The tree or shrub cranberry (Viburnum opulus) is native to the Northern and Western States, and it thrives under nearly all conditions. It is an interesting large shrub for background positions. Its cymes have sterile and fertile flowers, followed by scarlet fruit that hangs on late in autumn and is often used for jelly and marmalade.

The common snowball with sterile flowers is an old-time shrub in all parts of the Northern States. During recent years its foliage has been so weakened by the green aphis that it is less prized for ornamental planting. But careful spraying (159. Leaf Aphis of Apple, Plum, Cherry, and Peach) with kerosene emulsion, turning the nozzle upward, will give thrifty bushes, as we enjoyed in the West thirty years ago without treatment.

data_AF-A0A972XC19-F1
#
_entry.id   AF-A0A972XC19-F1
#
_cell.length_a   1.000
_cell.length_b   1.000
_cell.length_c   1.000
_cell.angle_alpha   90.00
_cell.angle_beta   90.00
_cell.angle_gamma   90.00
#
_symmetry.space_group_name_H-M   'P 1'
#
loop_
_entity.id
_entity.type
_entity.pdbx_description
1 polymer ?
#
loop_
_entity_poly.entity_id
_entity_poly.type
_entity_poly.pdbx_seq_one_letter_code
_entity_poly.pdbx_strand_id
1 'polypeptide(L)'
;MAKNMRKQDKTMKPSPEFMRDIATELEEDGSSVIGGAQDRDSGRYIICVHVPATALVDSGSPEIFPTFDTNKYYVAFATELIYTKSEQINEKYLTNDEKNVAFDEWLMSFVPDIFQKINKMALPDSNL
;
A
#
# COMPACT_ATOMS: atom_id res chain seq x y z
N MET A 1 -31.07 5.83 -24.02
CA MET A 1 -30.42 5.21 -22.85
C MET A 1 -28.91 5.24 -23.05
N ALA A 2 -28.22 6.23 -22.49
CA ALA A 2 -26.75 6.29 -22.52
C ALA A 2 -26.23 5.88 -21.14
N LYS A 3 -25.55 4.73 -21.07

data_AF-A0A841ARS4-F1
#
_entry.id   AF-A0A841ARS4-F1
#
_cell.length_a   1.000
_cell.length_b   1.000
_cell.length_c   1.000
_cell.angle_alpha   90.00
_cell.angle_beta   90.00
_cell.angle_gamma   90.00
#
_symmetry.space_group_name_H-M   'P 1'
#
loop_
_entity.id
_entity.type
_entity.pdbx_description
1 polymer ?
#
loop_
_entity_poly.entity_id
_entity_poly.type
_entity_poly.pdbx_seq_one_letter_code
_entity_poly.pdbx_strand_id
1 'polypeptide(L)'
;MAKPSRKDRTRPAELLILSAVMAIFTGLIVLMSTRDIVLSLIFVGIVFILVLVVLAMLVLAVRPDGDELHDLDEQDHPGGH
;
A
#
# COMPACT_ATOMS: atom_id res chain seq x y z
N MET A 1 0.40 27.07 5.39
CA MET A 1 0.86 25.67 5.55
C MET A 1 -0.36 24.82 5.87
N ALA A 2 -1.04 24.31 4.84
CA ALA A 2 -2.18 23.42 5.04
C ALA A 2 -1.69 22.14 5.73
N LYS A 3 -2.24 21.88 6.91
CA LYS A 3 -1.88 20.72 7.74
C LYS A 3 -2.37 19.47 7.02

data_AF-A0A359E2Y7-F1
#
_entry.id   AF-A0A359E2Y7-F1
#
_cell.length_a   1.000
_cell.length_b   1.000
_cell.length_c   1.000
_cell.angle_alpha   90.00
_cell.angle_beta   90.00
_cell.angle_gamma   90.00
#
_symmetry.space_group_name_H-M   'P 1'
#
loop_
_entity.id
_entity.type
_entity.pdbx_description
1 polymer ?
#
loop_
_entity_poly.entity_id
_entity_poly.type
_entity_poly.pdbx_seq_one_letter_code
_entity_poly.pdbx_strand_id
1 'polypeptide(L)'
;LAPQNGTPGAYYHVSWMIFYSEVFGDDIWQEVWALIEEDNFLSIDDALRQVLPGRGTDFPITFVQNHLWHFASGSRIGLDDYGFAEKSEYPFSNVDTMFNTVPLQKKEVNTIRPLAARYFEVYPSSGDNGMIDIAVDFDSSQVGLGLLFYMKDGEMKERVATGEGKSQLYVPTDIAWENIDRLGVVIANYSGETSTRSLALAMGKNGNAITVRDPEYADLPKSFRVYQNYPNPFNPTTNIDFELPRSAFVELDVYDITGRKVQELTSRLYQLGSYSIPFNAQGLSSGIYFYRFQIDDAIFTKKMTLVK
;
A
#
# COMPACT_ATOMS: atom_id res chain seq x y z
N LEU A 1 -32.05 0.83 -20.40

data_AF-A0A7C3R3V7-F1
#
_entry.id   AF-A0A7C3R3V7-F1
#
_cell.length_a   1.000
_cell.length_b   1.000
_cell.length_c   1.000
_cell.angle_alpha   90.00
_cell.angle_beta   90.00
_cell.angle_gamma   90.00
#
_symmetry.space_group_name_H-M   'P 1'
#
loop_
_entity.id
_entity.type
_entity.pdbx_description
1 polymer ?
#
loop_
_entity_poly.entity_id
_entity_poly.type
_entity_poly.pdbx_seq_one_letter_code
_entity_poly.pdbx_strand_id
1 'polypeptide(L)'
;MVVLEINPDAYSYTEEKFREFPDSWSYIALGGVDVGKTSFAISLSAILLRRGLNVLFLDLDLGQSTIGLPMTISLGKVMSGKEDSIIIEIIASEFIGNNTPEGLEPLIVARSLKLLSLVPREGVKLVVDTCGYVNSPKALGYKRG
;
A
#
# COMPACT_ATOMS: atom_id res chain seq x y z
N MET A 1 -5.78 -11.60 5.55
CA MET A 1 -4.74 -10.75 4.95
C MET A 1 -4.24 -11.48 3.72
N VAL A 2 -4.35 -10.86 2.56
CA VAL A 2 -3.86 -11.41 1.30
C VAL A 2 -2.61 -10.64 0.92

The Chinese species (Viburnum plicatum) is now planted almost exclusively at the East and South, but in the prairie States it has not proven able to endure our test winters. Where it thrives it is superior in beauty of its sterile flowers and in its plaited or plicated bright-green leaves to the common species.